Short Story: “A Walking Stereotype”

Mel Lombard heard the same thing his entire life, “you’re just not right for it.”

When he was just two years old, his mother, a failed actress, decided show business would be Mel’s future. She took him on audition after audition and to be fair, he won a few roles here and there; enough to make Elize feel justified in forcing this life upon her son. She would tell herself, “Sure, he’s the baby in the paper towel commercial now, but who knows where he’ll end up? After all, Leo was on growing pains.”

It didn’t matter that Mel hated it. As far as he knew, he had no choice. But as he grew older, he realized he did in fact have a choice. He never chose to exercise that god given right, mind you. Instead he chose to rebel subtly. He would botch auditions, or purposely take as long as he could so that him and Elize were so late, they wouldn’t be allowed to audition.

The older he got, the less subtle the rebellions became.

Then drugs came into the picture. Cocaine, specifically. From his first line on, cocaine had a tight hold over Mel. It didn’t matter that he was a walking stereotype: the drug addicted child actor. Hell, he figured there was a reason it was a stereotype in this first place. So he intentionally threw himself further and further down that rabbit hole.

Before he could reach the bottom however, Elize passed away in a car wreck, and the hole suddenly became deeper. Mel didn’t want to feel anything. He wanted to focus on the wasted life his mother had created for him, but he couldn’t help but remember the good.

He couldn’t forget the nights spent at the local ice cream parlor after an intentionally botched audition. Mel never had the heart to tell his mom he didn’t need cheering up, that the ice cream wasn’t necessary. After all, he was a child, and what child didn’t love ice cream? Those nights also seemed to be the only time Elize cared more about being his mother than making him a star.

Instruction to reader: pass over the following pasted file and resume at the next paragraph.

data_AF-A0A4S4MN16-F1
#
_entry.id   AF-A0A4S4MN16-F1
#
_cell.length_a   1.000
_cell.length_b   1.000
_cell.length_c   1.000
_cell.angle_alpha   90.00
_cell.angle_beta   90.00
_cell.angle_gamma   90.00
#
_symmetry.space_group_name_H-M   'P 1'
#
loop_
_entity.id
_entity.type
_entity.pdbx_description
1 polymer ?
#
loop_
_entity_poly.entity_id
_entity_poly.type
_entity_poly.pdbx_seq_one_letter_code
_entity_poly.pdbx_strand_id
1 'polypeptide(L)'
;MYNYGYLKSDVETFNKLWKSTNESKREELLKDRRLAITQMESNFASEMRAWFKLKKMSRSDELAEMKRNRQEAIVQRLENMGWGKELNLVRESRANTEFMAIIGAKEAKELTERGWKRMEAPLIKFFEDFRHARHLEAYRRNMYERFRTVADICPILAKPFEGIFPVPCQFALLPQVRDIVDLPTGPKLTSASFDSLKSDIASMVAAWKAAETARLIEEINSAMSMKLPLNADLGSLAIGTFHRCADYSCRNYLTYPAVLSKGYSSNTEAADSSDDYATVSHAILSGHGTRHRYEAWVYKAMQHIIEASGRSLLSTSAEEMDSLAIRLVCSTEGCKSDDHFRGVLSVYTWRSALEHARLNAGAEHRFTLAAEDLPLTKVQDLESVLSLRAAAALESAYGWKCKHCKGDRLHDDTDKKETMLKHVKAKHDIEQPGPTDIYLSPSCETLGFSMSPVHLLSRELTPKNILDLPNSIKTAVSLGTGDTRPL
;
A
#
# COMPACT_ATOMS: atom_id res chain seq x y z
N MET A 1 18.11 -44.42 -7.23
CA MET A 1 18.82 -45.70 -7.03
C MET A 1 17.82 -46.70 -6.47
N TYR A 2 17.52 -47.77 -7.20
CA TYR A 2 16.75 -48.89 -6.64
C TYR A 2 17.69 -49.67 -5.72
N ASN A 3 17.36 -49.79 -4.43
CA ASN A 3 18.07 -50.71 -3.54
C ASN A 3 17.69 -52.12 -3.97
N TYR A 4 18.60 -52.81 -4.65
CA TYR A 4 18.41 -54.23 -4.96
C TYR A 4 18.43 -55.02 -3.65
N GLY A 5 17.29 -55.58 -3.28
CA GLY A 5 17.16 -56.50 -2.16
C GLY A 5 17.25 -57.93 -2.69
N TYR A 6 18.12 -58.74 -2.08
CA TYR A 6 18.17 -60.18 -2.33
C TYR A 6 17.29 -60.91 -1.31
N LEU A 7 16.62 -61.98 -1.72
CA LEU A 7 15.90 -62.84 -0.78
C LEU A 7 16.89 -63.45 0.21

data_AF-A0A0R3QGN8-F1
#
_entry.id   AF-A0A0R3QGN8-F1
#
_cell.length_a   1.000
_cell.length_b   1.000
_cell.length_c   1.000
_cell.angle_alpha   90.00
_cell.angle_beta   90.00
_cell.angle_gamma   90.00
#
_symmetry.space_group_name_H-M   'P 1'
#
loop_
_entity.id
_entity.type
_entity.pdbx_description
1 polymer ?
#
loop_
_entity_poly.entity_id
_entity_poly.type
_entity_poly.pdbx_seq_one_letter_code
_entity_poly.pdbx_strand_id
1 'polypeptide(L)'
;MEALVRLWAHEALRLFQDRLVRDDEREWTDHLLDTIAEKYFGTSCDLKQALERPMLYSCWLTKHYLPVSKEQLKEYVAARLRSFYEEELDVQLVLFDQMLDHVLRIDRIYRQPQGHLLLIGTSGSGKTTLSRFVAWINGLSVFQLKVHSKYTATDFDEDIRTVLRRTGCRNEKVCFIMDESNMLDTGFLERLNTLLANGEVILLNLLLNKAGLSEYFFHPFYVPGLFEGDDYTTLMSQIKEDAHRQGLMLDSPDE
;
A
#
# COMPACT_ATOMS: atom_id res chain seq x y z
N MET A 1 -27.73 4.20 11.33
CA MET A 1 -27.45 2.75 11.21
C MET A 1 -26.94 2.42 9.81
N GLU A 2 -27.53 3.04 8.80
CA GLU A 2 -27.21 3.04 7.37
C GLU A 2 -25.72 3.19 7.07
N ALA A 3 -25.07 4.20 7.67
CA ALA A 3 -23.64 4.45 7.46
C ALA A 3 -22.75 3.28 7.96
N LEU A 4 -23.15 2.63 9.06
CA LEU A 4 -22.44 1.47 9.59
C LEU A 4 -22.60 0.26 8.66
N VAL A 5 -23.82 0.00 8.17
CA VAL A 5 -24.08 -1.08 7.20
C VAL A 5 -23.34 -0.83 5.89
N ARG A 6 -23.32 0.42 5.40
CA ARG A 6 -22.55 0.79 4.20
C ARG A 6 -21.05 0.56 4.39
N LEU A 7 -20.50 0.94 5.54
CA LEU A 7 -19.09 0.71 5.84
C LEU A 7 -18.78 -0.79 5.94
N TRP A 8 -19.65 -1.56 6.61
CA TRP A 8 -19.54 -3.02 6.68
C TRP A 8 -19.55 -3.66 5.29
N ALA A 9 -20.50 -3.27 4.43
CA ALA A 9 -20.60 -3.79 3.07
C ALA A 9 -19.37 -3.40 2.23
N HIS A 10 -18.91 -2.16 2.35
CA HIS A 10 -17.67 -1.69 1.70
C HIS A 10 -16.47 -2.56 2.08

Thoughts such as these weighed down his heart considerably, and it’s with this heavy heart that Mel decided to lock himself in a seedy hotel room in the heart of San Francisco. It was the type of place hookers conducted their business frequently, the type of place where an addict could have the privacy he needed to fight like hell to kick his nasty habit. He may have considered his life up until this point wasted, but he began to think, “why waste the rest?”

There was still so much living to do, so much potential. All he had to do was get a particular monkey off his back. Unfortunately it was easier said than done. For most it requires a vast support network. All Mel had was the Asian lady at the front desk, and as nice as she was, she wasn’t going to be much help.

For as time grew, the cravings became worse. It didn’t help that he was pretty sure he could knock on any random door in this place and score. No, what he needed was something to keep him going, some sort of motivation. Anything would do, anything at all.

There had to be something, right? Had he really flushed what little life he had down the toilet in a futile attempt at rebellion?

Anything would do.

Anything at all.

A woman?

No, the last one he cared about was Tina, and she said her goodbyes when she went off to get clean, only to overdose on a bad batch of white a week later in the janitor’s closet of the rehab she checked into. No one could ever be sure where she got the batch from, but Abe the janitor was unceremoniously let go from his position within the week.


You be the judge.

There were no children in the picture. At least not that Mel knew of. Many a nights spent wrapped up in the embrace of some strange, riding bareback, made it impossible to know that for certain. Even if he had knocked up one of those unlucky ladies, the result of their drug fueled fucking wouldn’t have any interest in meeting their junkie father. Why would they? How could they be proud to call Mel, a high school drop out with a couple of commercial credits to his name, their father?

No, there was nothing keeping him here…


“There’s nothing keeping me here,” thought Mel.

Everything finally became clear…

He knew there was only one way out.



Mr. X